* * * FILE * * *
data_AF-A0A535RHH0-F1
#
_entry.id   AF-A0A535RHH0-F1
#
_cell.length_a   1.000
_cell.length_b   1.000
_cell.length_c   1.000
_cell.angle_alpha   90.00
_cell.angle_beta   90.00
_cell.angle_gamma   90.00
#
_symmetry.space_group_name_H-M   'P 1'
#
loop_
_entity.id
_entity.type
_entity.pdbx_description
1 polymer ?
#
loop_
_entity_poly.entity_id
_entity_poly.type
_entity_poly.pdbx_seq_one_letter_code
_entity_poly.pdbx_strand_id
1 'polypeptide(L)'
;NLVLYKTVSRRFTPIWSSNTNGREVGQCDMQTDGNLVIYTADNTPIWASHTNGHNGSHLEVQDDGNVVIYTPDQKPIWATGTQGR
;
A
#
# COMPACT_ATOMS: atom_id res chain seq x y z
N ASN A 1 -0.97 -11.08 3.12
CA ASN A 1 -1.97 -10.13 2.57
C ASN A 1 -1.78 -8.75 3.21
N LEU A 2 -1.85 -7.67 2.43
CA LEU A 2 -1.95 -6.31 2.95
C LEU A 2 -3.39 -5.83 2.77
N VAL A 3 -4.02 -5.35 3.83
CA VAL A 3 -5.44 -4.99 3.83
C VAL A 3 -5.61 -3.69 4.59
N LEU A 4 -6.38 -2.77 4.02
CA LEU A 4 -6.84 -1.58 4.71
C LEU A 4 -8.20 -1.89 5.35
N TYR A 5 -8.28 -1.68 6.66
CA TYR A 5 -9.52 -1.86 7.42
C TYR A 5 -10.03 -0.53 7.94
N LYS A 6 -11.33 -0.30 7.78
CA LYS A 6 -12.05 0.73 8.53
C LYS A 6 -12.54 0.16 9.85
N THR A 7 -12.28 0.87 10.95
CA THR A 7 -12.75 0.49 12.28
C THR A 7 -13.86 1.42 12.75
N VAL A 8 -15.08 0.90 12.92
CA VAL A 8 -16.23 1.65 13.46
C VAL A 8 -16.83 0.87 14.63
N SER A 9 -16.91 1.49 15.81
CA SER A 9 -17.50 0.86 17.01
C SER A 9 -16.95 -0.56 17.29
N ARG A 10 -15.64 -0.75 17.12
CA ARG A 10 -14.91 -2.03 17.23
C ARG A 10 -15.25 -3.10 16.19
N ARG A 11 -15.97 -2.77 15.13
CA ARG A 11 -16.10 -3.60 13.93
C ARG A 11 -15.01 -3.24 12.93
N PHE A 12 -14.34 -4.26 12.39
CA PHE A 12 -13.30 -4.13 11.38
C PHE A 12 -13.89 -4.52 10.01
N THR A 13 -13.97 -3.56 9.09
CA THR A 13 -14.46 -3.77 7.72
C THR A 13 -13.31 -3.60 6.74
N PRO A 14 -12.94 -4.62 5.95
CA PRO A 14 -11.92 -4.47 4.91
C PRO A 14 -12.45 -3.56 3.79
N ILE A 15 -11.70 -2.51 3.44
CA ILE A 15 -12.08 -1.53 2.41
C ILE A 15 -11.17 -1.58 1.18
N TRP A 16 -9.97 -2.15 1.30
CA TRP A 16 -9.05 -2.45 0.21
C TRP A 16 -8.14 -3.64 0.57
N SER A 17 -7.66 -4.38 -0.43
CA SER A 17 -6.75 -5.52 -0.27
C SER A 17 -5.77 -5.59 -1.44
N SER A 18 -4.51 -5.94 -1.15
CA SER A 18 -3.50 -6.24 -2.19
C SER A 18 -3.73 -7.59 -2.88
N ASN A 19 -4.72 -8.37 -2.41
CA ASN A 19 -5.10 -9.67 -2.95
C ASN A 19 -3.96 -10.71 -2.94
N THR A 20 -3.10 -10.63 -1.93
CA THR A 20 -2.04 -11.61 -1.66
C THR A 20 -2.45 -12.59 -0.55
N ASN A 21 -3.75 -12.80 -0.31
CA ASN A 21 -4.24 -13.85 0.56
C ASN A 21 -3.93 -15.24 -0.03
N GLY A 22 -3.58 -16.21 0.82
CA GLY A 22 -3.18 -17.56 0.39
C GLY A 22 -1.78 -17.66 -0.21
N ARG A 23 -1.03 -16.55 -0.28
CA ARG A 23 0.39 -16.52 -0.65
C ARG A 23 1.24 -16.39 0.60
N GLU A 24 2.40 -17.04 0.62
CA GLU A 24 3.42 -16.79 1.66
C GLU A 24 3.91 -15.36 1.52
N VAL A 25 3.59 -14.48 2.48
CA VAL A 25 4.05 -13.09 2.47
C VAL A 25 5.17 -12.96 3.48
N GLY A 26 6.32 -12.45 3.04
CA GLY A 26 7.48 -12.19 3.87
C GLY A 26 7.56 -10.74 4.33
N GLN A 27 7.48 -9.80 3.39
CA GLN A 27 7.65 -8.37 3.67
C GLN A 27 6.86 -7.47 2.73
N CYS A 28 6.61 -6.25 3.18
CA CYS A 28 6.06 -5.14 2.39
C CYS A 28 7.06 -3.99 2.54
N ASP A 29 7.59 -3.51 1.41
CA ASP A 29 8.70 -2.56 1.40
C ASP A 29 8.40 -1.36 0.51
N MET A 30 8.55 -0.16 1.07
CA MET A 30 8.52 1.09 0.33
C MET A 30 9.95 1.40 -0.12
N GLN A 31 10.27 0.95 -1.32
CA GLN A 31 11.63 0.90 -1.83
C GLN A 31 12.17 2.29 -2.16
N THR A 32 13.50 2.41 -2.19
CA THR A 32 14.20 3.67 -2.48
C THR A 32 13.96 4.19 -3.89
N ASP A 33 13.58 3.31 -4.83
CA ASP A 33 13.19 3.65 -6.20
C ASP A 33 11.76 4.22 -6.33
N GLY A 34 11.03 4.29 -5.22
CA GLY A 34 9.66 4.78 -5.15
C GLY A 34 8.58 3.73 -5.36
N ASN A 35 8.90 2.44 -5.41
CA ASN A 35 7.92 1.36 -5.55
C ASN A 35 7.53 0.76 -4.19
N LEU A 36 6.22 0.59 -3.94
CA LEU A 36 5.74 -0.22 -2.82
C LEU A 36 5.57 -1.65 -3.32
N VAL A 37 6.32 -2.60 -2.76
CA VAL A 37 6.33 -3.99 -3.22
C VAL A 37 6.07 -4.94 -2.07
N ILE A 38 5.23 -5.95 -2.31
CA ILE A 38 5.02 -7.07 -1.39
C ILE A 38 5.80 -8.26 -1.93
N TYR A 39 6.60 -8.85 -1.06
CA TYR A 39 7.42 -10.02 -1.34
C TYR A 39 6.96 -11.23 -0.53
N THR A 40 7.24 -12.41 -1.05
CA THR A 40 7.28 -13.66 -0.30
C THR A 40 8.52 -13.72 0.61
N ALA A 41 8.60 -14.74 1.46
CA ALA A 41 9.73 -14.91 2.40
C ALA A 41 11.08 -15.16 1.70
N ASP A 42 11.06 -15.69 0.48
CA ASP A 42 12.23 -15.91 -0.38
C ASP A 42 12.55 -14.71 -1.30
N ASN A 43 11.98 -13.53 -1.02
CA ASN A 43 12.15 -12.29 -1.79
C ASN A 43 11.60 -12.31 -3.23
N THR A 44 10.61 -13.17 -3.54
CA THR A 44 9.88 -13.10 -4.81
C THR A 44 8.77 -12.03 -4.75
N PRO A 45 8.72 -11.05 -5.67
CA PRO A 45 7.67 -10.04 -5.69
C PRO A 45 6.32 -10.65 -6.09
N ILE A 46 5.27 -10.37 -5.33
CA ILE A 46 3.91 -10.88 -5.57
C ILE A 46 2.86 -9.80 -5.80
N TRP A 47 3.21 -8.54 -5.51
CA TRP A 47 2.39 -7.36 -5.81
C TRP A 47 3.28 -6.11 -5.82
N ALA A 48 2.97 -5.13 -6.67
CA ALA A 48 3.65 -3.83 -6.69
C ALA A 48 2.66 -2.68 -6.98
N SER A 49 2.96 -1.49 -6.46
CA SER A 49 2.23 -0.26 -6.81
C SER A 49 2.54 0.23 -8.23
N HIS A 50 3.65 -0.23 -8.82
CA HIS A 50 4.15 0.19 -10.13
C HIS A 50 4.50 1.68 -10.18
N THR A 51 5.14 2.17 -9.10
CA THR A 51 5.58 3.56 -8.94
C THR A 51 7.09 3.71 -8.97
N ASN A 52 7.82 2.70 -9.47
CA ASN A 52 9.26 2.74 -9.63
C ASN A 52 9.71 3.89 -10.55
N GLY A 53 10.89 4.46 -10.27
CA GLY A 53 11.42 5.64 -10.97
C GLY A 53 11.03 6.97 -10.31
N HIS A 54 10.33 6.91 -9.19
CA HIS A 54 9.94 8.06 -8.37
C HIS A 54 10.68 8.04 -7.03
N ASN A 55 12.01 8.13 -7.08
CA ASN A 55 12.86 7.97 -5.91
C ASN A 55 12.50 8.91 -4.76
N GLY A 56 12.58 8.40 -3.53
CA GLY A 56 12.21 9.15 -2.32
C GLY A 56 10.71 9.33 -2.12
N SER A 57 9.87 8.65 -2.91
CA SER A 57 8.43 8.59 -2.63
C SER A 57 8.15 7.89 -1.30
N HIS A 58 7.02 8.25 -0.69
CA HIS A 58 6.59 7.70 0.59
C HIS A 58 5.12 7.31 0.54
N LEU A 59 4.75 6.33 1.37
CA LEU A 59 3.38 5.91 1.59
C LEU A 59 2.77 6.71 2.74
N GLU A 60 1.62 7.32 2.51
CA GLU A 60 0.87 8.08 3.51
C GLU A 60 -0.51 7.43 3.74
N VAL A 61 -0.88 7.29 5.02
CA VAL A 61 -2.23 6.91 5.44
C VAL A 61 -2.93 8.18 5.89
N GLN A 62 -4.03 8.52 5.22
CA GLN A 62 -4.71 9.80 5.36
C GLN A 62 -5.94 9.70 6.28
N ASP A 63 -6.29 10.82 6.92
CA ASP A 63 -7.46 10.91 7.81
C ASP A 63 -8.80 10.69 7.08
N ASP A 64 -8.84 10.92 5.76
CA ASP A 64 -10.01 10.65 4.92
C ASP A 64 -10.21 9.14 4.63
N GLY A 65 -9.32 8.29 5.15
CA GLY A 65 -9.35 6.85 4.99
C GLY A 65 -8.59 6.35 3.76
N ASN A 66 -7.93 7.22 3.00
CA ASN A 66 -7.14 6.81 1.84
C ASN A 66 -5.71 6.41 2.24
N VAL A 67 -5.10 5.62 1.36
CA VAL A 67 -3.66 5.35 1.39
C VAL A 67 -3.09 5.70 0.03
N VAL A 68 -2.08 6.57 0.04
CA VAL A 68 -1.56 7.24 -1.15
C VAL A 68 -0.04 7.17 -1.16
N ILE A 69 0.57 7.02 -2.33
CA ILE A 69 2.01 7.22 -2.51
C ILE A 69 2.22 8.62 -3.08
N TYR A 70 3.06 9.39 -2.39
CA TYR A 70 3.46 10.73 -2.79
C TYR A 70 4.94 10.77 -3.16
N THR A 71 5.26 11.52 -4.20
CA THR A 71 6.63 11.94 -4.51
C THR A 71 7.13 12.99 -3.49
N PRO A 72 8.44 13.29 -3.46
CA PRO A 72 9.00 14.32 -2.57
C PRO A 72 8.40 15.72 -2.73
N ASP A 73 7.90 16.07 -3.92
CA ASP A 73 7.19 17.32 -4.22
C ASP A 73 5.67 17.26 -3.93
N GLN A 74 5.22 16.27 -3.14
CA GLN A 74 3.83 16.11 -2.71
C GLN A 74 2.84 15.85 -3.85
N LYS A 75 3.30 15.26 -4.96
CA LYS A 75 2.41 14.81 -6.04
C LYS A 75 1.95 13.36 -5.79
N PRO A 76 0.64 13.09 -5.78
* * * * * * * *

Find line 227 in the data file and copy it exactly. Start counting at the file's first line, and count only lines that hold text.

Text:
CA ASN A 66 -7.14 6.81 1.84